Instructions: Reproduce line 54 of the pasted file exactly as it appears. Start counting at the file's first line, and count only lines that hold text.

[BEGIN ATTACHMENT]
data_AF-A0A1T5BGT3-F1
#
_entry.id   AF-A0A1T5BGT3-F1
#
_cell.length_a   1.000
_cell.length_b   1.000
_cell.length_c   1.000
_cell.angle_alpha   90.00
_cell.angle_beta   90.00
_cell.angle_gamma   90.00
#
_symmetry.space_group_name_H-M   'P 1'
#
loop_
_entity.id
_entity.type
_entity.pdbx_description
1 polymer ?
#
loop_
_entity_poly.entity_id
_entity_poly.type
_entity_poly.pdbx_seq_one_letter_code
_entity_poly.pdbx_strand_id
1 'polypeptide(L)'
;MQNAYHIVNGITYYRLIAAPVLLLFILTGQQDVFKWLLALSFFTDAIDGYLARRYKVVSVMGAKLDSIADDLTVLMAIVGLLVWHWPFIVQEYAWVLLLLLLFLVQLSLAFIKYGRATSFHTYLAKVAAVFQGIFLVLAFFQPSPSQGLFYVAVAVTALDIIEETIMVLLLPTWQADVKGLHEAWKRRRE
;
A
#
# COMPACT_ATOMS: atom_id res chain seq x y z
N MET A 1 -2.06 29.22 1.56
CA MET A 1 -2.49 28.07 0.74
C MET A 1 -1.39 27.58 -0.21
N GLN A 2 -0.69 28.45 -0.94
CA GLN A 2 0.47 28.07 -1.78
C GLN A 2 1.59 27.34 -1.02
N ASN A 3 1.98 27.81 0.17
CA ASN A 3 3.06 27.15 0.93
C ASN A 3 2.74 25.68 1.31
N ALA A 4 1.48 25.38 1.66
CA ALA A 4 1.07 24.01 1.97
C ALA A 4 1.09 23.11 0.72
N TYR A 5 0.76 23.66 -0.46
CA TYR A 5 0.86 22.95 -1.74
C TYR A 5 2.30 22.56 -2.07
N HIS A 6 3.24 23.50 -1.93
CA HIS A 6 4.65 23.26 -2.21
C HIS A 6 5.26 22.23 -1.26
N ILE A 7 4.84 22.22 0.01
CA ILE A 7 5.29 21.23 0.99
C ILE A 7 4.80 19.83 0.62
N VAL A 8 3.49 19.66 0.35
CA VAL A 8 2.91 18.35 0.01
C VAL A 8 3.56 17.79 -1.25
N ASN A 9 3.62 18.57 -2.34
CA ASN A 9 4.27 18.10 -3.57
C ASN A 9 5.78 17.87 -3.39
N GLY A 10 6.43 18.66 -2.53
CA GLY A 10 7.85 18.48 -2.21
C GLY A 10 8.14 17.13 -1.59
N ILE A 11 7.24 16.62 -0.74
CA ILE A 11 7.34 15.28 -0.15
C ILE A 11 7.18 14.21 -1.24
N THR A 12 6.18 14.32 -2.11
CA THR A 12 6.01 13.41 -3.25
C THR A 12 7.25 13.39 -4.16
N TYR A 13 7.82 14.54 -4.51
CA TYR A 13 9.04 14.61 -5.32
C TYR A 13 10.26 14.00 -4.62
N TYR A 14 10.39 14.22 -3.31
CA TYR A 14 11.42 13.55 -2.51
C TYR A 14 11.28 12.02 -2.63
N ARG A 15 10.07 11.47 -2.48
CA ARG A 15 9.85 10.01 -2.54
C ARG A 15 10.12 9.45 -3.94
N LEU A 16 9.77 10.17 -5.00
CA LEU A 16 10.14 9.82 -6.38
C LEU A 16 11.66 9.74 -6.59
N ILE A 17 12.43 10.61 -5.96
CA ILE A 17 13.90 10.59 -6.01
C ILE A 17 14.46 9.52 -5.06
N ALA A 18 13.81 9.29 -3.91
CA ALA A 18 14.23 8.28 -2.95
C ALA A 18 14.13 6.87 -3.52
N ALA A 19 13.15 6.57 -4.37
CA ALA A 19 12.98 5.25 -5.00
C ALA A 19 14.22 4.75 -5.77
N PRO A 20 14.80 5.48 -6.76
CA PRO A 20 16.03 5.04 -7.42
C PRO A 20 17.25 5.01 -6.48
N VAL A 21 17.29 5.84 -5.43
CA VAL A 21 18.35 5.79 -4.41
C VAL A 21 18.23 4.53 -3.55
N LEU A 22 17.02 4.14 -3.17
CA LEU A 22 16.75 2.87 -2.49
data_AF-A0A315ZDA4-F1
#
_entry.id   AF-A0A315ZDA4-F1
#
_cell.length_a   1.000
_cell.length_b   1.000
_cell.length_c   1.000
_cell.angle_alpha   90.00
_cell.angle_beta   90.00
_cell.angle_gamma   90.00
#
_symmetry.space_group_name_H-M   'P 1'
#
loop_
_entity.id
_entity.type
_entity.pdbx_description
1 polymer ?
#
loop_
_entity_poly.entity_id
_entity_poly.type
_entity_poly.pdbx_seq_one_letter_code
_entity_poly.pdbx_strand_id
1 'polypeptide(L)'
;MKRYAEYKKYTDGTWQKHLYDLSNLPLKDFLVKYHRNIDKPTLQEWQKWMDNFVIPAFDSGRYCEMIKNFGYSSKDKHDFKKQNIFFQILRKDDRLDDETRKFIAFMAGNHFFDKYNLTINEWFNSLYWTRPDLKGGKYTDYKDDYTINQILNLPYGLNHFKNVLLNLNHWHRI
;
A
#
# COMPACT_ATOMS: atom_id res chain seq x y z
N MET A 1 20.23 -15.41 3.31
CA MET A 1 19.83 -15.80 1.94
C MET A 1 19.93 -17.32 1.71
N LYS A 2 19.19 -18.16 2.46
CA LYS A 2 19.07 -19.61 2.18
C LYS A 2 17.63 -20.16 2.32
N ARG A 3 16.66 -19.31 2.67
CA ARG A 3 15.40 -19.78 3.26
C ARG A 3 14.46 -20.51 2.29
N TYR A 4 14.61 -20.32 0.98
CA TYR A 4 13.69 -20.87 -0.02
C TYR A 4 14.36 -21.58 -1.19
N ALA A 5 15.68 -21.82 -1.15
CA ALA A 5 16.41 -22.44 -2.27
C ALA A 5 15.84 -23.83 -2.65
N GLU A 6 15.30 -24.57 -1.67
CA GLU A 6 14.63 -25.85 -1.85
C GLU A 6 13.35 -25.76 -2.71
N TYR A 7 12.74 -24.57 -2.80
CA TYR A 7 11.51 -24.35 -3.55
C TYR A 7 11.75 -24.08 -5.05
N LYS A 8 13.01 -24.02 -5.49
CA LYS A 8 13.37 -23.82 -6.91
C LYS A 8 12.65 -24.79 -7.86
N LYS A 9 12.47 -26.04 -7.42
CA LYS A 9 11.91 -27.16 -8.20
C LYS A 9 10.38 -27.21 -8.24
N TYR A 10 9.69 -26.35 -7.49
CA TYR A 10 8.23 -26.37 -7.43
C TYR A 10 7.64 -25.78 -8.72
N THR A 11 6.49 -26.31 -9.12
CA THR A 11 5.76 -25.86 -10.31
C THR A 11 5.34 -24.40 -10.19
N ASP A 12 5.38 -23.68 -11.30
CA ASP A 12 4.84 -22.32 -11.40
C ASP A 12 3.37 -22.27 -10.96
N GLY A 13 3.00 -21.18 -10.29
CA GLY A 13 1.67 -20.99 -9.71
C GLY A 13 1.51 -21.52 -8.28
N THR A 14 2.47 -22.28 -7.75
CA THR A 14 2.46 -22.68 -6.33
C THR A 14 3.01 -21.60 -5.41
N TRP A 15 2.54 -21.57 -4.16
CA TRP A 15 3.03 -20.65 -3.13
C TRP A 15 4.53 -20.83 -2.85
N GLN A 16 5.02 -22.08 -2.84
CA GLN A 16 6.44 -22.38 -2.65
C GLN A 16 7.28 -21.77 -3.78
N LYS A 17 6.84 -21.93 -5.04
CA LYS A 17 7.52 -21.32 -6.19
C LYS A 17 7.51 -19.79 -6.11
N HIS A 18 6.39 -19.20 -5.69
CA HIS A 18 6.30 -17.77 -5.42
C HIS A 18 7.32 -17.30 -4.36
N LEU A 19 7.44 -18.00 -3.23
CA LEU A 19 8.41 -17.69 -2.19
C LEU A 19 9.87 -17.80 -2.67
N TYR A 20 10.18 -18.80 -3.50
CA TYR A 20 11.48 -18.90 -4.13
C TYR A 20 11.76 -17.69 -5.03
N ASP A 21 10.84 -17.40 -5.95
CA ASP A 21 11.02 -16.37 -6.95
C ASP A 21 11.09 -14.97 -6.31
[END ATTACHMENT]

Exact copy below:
C VAL A 8 3.56 17.79 -1.25